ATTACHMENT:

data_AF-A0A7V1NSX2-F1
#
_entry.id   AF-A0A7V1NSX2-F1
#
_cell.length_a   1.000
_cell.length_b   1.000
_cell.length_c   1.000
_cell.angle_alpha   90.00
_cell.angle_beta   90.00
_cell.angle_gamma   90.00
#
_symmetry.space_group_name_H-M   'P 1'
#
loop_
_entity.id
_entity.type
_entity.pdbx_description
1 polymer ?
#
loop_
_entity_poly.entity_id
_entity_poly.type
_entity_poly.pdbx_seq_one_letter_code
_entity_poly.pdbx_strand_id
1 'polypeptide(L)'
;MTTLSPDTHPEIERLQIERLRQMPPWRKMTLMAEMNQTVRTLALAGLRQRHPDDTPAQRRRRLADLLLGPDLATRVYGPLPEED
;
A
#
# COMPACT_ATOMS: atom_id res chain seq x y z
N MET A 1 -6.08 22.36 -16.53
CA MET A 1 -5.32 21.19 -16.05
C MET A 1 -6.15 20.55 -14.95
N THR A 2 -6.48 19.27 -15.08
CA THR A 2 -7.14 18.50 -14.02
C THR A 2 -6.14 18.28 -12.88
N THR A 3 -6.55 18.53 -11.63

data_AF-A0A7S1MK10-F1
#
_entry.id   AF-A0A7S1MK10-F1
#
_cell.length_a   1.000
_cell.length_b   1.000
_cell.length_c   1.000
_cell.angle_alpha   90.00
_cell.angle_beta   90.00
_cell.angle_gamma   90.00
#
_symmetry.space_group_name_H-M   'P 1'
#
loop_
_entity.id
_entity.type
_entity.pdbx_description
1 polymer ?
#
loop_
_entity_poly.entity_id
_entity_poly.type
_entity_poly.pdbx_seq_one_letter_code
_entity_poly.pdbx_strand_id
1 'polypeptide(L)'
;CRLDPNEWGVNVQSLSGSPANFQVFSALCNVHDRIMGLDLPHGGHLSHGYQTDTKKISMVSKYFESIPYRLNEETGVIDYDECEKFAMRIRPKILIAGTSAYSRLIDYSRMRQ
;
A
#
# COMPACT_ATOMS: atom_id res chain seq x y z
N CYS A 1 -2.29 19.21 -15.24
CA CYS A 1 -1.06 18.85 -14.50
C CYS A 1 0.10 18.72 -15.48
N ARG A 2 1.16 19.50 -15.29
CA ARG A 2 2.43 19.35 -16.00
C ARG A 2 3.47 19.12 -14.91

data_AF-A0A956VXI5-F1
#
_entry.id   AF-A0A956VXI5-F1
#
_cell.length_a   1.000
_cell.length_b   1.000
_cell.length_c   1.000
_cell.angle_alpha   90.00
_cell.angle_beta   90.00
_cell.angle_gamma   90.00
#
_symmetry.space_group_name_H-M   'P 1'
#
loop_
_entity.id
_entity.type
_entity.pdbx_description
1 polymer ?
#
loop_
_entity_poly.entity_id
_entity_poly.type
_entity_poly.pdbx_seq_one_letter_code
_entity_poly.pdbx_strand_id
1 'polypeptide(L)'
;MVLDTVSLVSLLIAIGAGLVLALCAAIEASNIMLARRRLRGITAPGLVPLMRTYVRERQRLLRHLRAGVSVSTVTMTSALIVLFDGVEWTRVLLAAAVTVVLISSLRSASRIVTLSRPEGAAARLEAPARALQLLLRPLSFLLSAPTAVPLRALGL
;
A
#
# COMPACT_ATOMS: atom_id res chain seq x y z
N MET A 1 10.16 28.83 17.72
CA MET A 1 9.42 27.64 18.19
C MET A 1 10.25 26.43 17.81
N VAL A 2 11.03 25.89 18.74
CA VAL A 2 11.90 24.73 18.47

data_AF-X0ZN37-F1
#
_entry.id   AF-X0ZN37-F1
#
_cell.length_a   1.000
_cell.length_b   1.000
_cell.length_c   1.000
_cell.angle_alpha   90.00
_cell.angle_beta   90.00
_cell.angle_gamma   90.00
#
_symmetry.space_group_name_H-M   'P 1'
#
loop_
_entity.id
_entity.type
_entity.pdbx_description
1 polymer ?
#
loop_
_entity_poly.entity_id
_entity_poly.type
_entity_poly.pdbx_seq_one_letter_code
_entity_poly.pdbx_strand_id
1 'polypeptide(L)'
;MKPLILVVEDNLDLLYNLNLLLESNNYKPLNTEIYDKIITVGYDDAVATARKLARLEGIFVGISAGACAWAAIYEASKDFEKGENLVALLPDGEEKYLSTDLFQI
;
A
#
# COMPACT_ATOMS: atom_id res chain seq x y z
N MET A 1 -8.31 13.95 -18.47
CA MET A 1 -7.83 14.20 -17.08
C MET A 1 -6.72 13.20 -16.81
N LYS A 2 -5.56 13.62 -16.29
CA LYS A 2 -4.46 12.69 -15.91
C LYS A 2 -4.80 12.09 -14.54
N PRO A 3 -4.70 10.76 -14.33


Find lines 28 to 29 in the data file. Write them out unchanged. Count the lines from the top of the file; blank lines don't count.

A
#